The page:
MacPhail, who knows Orioles owner Peter Angelos from major league labor negotiations in 2002 and ’06, may finally be the executive who can isolate the Angelos family from the daily functions of the baseball operation. He got assurances to that effect when he took the job, and when asked at his introductory press conference if Angelos had promised not to interfere, MacPhail said: “If I didn’t feel that way, I wouldn’t be here. It’s just that simple.”

MacPhail’s first major step, other than replacing manager Sam Perlozzo, was signing off on two huge draft deals. The first was catcher Matt Wieters, the fifth overall pick who signed for a draft-record $6 million in up-front bonus money. Baltimore also signed fifth-rounder Jake Arrieta for $1.1 million, making up for the team’s lack of a second- or third-round pick. Wieters and Arrieta were the first Scott Boras clients ever signed by the Oriole during Angelos’ tenure. They also continued a trend of stronger drafts under scouting director Joe Jordan, who was overseeing his third draft for Baltimore.

After another dismal regular season ended, MacPhail began work on remaking the roster. The first major step was unloading Miguel Tejada to the Astros for five players, most notably young arms Matt Albers and Troy Patton, who will compete for big league rotation spots in spring training. MacPhail was also shopping his other valuable commodities, most notably staff ace Erik Bedard, in an effort to make over a roster that had few difference-makers.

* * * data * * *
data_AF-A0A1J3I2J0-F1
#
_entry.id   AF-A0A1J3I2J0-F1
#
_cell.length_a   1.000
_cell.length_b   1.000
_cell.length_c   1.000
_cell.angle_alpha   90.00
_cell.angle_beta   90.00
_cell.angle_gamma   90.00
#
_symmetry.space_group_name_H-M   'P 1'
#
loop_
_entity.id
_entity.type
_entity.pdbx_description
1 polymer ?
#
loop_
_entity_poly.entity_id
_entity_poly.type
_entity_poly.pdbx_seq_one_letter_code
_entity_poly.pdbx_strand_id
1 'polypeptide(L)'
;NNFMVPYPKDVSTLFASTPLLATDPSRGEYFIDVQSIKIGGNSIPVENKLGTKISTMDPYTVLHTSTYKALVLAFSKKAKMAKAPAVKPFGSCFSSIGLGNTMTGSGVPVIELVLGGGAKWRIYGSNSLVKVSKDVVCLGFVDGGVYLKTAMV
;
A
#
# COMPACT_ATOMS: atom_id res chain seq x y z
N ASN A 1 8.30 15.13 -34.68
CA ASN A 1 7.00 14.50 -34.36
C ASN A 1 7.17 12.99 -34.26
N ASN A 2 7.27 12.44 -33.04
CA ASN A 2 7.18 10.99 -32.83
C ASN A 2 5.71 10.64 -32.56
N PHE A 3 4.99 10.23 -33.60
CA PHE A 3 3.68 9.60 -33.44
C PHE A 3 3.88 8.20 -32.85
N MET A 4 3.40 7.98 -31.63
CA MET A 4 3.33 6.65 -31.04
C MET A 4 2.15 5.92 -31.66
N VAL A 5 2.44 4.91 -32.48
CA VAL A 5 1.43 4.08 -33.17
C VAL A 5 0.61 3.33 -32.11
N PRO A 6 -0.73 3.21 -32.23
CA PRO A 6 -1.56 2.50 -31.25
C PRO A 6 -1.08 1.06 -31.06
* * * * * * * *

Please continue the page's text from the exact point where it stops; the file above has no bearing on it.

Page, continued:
He also hired Rick Kranitz as the team’s new pitching coach, ending a failed two years under Leo Mazzone, who couldn’t work the same magic he did with the Braves. Kranitz has much less of a major league track record but quickly gained respect with the Marlins, and he was Baseball America’s 2006 Major League Coach of the Year.

Those are small steps but hopeful signs for Orioles fans who have grown weary of watching a string of 10 straight losing seasons following the team’s last playoff appearance in 1997. Baltimore won the American League East that year but has finished fourth in every year since except 2003—when it finished third.

Years of poor decisions have led to the smallest crowds ever at Camden Yards, an organization that has fallen far behind the Red Sox and Yankees in the AL East and the demise of the Oriole Way. MacPhail appreciates the history of the franchise because his father Lee, a Hall of Famer, was GM of the Orioles from 1959-65.

“The Orioles (of the past) had their Oriole Way and we need to find ours,” MacPhail said. “You have to do what you have to do to get this franchise, not just to have an over .500 season, but to get them into position to get them to the postseason and get them to the World Series. I don’t have a goal of getting over .500. We shouldn’t be here for that. No team should be here for that.”

But it wouldn’t be a bad place to start.

Scouting reports for the Top 10 Prospects 
Premium
(How to subscribe)
Pre-Order the 2008 Prospect Handbook
30 scouting reports on every team

Minors | #2008 #Organization Top 10 Prospects #Rankings

Add a Comment

comments powered by Disqus